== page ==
RELEASED: August 1999
AVAILABLE ON: DC, PC, PS1
DEVELOPER(S): Crystal Dynamics
PUBLISHER(S): Eidos Interactive
Long before Amy Hennig broke the bank with Uncharted: Drake's Fortune on Naughty Dog's payroll, she helped create Legacy of Kain, a cult franchise which chronicled the afterlife of nobleman Kain, who was murdered by a group of assassins in the beginning of the series and later became the enigmatic, vampiric tyrant of the world of Nosgoth. The 2D, Zelda-like adventure game Blood Omen: Legacy of Kain was the first title in the series, but it was the 3D action adventure Legacy of Kain: Soul Reaver which defined the remainder of it and brought the franchise to mainstream attention. To this day, this unpredictable cult classic stands as one of the original PlayStation's most gratifying gameplay experiences, and one that paved way for many more followers than many critics are willing to admit.
From vampire to vampire hunter
Michael Bell : Raziel / Melchiah
Tony Jay : Elder God / Zephon
Simon Templeman : Kain / Dumah
Neil Ross : Rahab
Anna Gunn : Ariel
Richard Doyle : Moebius the Timestreamer / Morlock the Guardian
When the vampire Kain murdered the Circle of Nine, he was given a choice: he could either sacrifice himself for the salvation of Nosgoth, or take control of the realm and continue his legacy. He chose to appoint himself as Nosgoth's new ruler. Not too long after that, Kain surrounded himself with vampiric lieutenants, to whom he also refers to as his children. Raziel was the first to turn - therefore he is the oldest of Kain's children, and his right-hand man. However, Kain's arrogance drives a wedge between his and Raziel's alliance, as Raziel surpasses his master in terms of vampiric evolution by growing wings. As punishment, Kain orders Raziel to be cast into the bottomless Lake of the Dead. Raziel's body is utterly destroyed by the abyss, but what's left of it is reanimated a few centuries later by the Elder God, who encourages Raziel to begin anew as a devourer of souls, find Kain and exact revenge upon his former master, who has now led both his brethren and the whole world of Nosgoth into complete ruin.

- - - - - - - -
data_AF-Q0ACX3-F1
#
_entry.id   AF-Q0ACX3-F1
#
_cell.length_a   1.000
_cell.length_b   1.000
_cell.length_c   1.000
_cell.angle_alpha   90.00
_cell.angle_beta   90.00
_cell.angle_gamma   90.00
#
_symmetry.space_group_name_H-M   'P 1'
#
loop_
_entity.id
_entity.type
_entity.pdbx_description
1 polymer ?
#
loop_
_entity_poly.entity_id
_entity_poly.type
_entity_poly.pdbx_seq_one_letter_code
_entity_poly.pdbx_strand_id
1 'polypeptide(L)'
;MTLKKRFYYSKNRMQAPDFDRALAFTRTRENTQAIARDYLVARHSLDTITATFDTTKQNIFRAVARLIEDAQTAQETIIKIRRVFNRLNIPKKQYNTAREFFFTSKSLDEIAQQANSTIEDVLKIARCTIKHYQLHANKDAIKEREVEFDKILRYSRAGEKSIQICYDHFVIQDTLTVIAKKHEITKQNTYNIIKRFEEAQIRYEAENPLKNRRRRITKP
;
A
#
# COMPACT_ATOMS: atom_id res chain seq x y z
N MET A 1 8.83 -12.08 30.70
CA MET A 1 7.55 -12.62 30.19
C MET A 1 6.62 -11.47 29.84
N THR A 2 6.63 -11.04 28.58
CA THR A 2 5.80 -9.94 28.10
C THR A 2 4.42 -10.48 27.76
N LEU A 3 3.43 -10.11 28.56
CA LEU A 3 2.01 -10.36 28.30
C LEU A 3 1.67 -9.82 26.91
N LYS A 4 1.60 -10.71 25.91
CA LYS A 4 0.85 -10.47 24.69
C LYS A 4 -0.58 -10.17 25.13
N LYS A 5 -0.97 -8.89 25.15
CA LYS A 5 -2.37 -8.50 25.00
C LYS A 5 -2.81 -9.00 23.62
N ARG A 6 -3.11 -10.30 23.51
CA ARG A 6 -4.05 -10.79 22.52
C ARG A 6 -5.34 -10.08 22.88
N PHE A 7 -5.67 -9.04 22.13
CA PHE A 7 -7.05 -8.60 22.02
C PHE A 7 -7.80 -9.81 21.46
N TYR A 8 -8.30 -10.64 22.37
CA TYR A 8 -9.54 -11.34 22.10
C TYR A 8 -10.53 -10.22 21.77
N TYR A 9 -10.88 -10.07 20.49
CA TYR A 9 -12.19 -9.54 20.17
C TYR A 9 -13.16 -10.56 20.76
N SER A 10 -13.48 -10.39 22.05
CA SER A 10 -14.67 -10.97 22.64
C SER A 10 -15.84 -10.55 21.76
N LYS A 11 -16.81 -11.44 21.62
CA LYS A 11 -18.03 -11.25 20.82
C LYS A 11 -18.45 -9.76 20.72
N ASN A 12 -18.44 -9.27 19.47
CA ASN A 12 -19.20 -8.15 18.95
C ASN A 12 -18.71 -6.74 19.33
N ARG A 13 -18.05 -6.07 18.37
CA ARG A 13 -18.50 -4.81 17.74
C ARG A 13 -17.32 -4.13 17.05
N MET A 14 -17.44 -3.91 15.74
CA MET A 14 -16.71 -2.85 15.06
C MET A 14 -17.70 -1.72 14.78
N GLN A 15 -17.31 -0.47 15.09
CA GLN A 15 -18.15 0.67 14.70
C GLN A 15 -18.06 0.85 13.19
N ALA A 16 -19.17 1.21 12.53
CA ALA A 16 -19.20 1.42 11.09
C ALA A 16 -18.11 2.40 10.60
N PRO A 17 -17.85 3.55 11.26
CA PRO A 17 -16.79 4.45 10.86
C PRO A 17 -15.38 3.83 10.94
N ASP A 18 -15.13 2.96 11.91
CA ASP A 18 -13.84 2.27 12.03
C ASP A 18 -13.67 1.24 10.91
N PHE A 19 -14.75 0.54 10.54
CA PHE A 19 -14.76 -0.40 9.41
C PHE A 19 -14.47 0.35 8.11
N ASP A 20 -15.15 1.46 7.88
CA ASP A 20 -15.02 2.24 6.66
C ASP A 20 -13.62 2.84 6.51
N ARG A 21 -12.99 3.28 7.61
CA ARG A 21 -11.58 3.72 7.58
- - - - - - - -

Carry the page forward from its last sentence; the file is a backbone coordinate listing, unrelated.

|You shouldn't fuck with a guy who broke the|
world record in the Track & Field javelin throw
event three times in a row.
Soul Reaver sports a great story, and it actually has the same common theme as the first game. The main character is killed and resurrected in the beginning of the game, and the main goal is to get back at whoever's responsible. The vampire cliches were used up in Blood Omen, so there's none on show here. This game actually makes very slight notions to vampires, even though the cast is comprised of them. It ain't a typical "tale of revenge" either, though it plays out like one for the longest time. You'll just know there's more to it than that, eventually... unfortunately, you'd have to play the rest of the trilogy to find out what it is. The thing that has pissed off a lot of people about this game and its story, to this day, is that it ends by hitting a brick wall - we're not even talking about a simple cliffhanger, we're talking about bringing the game to an abrupt halt, with not even a final boss battle or closing cutscene impressive enough to tell your friends about. The facts are obvious: Crystal Dynamics was in a world of hurry to finish this game. It's sad, but true: the game is equal to hours of some of the best third-person action available on the PlayStation, but the crappy ending will inevitably evoke a serious fit of nerd rage in anyone who appreciates a great story. I'd like to add that to this day, I've never played the sequels, which makes the ending that much more enfuriating. I'm planning to fix that mistake soon enough, and that mistake does not affect the joy I get from playing Soul Reaver at all.
General graphics were never this game's focus, and perhaps that is exactly why Soul Reaver is one of the least dated PlayStation games when it comes to its visuals. Almost every game that was initially promoted as "the greatest looking game on the PlayStation", had carefully rendered backgrounds, a lot of colours and a million cutscenes, looks butt-ugly by today's standards. Soul Reaver is in full 3D, it's very dark, and it only has a couple of those classic lagging FMV's, and it looks quite OK; the clean, round blood effects typical to console games of the generation are quick to catch an evil eye, though.
|The reaver of souls equipped with the Soul |
Reaver. I see what you did there.